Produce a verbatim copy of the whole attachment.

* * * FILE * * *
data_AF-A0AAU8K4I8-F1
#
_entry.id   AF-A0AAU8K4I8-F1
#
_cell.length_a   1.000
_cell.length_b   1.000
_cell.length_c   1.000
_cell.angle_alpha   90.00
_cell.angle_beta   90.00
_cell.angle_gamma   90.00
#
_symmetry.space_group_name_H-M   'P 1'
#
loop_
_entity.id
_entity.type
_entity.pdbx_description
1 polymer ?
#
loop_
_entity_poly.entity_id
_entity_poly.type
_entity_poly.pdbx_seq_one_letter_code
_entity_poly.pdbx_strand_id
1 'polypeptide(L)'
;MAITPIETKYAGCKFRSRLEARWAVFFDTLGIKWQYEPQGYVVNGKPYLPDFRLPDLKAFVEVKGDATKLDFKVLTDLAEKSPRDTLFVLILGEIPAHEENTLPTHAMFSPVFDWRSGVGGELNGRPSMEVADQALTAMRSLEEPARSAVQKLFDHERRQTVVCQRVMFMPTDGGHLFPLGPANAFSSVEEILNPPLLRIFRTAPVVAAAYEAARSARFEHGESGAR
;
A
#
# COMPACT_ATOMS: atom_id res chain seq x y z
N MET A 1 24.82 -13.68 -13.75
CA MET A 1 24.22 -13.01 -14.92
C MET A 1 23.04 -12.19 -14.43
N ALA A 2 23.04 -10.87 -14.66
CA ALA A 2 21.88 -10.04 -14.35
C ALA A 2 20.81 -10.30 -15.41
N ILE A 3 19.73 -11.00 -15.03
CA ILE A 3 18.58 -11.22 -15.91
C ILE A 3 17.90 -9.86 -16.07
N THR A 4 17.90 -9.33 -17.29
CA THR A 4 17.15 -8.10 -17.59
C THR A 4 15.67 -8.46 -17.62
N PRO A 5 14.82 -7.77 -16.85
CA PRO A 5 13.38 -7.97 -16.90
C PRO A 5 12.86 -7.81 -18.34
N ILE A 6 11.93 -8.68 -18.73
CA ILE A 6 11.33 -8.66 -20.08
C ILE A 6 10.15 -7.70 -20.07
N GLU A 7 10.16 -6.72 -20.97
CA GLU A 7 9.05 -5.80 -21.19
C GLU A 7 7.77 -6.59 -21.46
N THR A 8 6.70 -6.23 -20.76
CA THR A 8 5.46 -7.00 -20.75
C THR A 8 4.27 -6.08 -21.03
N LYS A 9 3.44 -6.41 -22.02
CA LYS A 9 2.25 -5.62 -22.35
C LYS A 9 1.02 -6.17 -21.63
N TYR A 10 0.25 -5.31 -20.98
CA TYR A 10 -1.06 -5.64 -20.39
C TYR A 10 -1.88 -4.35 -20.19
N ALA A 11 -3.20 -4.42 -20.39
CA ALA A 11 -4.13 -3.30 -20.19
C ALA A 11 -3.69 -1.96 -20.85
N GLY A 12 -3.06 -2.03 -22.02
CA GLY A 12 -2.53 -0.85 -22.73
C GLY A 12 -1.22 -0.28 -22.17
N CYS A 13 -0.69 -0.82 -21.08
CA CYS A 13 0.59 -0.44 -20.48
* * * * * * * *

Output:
data_AF-A0AAU8K4I8-F1
#
_entry.id   AF-A0AAU8K4I8-F1
#
_cell.length_a   1.000
_cell.length_b   1.000
_cell.length_c   1.000
_cell.angle_alpha   90.00
_cell.angle_beta   90.00
_cell.angle_gamma   90.00
#
_symmetry.space_group_name_H-M   'P 1'
#
loop_
_entity.id
_entity.type
_entity.pdbx_description
1 polymer ?
#
loop_
_entity_poly.entity_id
_entity_poly.type
_entity_poly.pdbx_seq_one_letter_code
_entity_poly.pdbx_strand_id
1 'polypeptide(L)'
;MAITPIETKYAGCKFRSRLEARWAVFFDTLGIKWQYEPQGYVVNGKPYLPDFRLPDLKAFVEVKGDATKLDFKVLTDLAEKSPRDTLFVLILGEIPAHEENTLPTHAMFSPVFDWRSGVGGELNGRPSMEVADQALTAMRSLEEPARSAVQKLFDHERRQTVVCQRVMFMPTDGGHLFPLGPANAFSSVEEILNPPLLRIFRTAPVVAAAYEAARSARFEHGESGAR
;
A
#
# COMPACT_ATOMS: atom_id res chain seq x y z
N MET A 1 24.82 -13.68 -13.75
CA MET A 1 24.22 -13.01 -14.92
C MET A 1 23.04 -12.19 -14.43
N ALA A 2 23.04 -10.87 -14.66
CA ALA A 2 21.88 -10.04 -14.35
C ALA A 2 20.81 -10.30 -15.41
N ILE A 3 19.73 -11.00 -15.03
CA ILE A 3 18.58 -11.22 -15.91
C ILE A 3 17.90 -9.86 -16.07
N THR A 4 17.90 -9.33 -17.29
CA THR A 4 17.15 -8.10 -17.59
C THR A 4 15.67 -8.46 -17.62
N PRO A 5 14.82 -7.77 -16.85
CA PRO A 5 13.38 -7.97 -16.90
C PRO A 5 12.86 -7.81 -18.34
N ILE A 6 11.93 -8.68 -18.73
CA ILE A 6 11.33 -8.66 -20.08
C ILE A 6 10.15 -7.70 -20.07
N GLU A 7 10.16 -6.72 -20.97
CA GLU A 7 9.05 -5.80 -21.19
C GLU A 7 7.77 -6.59 -21.46
N THR A 8 6.70 -6.23 -20.76
CA THR A 8 5.46 -7.00 -20.75
C THR A 8 4.27 -6.08 -21.03
N LYS A 9 3.44 -6.41 -22.02
CA LYS A 9 2.25 -5.62 -22.35
C LYS A 9 1.02 -6.17 -21.63
N TYR A 10 0.25 -5.31 -20.98
CA TYR A 10 -1.06 -5.64 -20.39
C TYR A 10 -1.88 -4.35 -20.19
N ALA A 11 -3.20 -4.42 -20.39
CA ALA A 11 -4.13 -3.30 -20.19
C ALA A 11 -3.69 -1.96 -20.85
N GLY A 12 -3.06 -2.03 -22.02
CA GLY A 12 -2.53 -0.85 -22.73
C GLY A 12 -1.22 -0.28 -22.17
N CYS A 13 -0.69 -0.82 -21.08
CA CYS A 13 0.59 -0.44 -20.48